A positive school climate promotes school safety, student self-esteem, emotional well-being, mental health, and lower incidences of substance abuse, student absenteeism, and suspensions. The New York State Education Department (NYSED) continues to promote initiatives to foster student engagement and thereby increase student achievement, safety, and wellness.
Our Social Emotional Learning materials support the state's ESSA plan priorities and promote a positive school climate. The resources outline benchmarks and frameworks for educators to implement Social Emotional Learning practices in their schools and classrooms.
Mental health education can assist young people and their families and result in positive decision-making and life-long success.
School Safety indicates the safety of the school’s environment based on reported incidents.
ADDITIONAL DATA RELATED TO SCHOOL CLIMATE
Student Attendance Rate
What percentage of students attended school on the days the school was open?
Student Suspension Rate
What percentage of students were suspended from school at least one full day during the school year?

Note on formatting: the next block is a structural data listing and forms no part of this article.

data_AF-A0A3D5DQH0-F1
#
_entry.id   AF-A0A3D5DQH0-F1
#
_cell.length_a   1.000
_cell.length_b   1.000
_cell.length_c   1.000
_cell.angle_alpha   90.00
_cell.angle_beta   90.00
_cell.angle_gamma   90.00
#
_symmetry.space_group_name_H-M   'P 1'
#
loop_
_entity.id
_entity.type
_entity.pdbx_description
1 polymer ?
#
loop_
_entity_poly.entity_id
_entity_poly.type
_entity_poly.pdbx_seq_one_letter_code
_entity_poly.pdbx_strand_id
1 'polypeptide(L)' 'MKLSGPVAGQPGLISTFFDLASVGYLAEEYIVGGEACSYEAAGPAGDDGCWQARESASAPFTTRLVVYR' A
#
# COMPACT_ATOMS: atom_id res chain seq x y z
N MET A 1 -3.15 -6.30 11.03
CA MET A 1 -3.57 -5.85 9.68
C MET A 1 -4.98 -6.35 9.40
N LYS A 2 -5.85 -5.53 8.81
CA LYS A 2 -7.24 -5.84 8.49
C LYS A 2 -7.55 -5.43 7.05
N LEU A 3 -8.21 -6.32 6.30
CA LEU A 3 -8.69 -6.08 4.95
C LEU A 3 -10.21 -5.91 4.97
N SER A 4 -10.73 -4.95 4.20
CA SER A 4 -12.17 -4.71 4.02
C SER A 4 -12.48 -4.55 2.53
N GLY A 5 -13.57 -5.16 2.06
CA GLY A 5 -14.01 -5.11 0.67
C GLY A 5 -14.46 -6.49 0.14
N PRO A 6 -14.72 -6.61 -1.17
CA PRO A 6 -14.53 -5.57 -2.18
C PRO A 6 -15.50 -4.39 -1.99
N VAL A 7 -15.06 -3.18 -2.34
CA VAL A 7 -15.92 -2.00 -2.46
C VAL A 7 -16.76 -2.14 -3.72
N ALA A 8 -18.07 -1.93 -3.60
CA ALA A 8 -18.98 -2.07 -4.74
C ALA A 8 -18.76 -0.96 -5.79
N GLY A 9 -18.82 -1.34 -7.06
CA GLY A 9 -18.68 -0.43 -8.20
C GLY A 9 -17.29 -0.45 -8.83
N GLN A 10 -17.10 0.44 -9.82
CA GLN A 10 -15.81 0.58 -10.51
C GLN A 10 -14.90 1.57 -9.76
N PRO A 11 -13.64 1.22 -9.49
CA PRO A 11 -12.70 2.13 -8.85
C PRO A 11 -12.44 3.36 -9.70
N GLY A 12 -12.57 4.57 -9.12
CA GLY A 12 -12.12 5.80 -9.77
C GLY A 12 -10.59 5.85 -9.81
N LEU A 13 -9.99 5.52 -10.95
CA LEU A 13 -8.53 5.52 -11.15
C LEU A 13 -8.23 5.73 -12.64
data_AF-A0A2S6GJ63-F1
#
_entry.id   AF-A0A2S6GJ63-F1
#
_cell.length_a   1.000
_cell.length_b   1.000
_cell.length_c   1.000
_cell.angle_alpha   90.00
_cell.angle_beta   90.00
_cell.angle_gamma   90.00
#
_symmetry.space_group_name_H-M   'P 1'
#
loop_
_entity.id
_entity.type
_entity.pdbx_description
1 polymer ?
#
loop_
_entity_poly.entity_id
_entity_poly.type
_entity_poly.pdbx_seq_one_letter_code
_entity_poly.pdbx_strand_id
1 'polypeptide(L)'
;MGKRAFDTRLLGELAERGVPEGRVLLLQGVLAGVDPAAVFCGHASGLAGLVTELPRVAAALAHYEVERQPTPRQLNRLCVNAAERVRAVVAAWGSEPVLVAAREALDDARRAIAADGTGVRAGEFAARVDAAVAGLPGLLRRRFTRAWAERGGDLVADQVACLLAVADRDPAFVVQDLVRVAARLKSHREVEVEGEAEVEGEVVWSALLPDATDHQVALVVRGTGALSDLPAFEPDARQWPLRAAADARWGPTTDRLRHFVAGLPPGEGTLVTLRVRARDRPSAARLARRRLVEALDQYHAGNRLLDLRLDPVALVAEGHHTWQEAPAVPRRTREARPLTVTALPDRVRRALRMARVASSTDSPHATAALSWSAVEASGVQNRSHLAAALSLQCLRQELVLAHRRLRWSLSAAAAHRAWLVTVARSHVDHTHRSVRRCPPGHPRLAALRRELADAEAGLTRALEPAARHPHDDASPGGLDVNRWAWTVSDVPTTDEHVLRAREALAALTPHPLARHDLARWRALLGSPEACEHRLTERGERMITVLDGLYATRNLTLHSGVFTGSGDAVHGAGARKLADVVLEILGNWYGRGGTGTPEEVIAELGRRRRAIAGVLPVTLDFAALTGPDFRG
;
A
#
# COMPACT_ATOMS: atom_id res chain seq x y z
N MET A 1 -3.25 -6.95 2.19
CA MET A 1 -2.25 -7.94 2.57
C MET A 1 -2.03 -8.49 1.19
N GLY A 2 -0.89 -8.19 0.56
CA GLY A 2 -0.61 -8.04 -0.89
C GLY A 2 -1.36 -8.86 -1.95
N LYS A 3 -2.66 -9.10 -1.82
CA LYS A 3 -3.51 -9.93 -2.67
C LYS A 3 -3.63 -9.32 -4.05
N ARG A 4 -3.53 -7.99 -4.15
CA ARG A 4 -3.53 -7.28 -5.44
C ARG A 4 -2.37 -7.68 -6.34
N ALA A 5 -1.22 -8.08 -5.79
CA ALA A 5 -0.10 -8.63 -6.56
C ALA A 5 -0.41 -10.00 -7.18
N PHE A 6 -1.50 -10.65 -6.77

Chronic Absenteeism Rate
What percentage of students were absent 10 percent or more of the days they were enrolled in school?
The Every Student Succeeds Act, or ESSA, the main federal law for K-12 public education, requires that states hold public schools accountable for how students achieve. New York State established a set of indicators to measure school and district performance.
The accountability system classifies schools into one of three categories: In Good Standing, a Comprehensive Support and Improvement (CSI) school, or a Targeted Support and Improvement (TSI) school.
School District Designations
Good Standing District
A district in Good Standing demonstrates success in all performance goals.
Districts that struggled to prepare some of their student subgroups on some or all indicators are identified as Target Districts.
This district's or school's Financial Transparency Report outlines how much is spent per student and the source of the funds. These financial transparency reports were issued for the first time in 2020 for the 2018-19 school year, and annual releases will be available after April 1st in each subsequent year. School district financial transparency reports, which display per pupil expenditures for individual schools, as well as district averages, inform conversations within districts about whether equitable resources are being provided at the school level. At the state level, these reports help inform future Board of Regents State Aid requests and other policymaking decisions.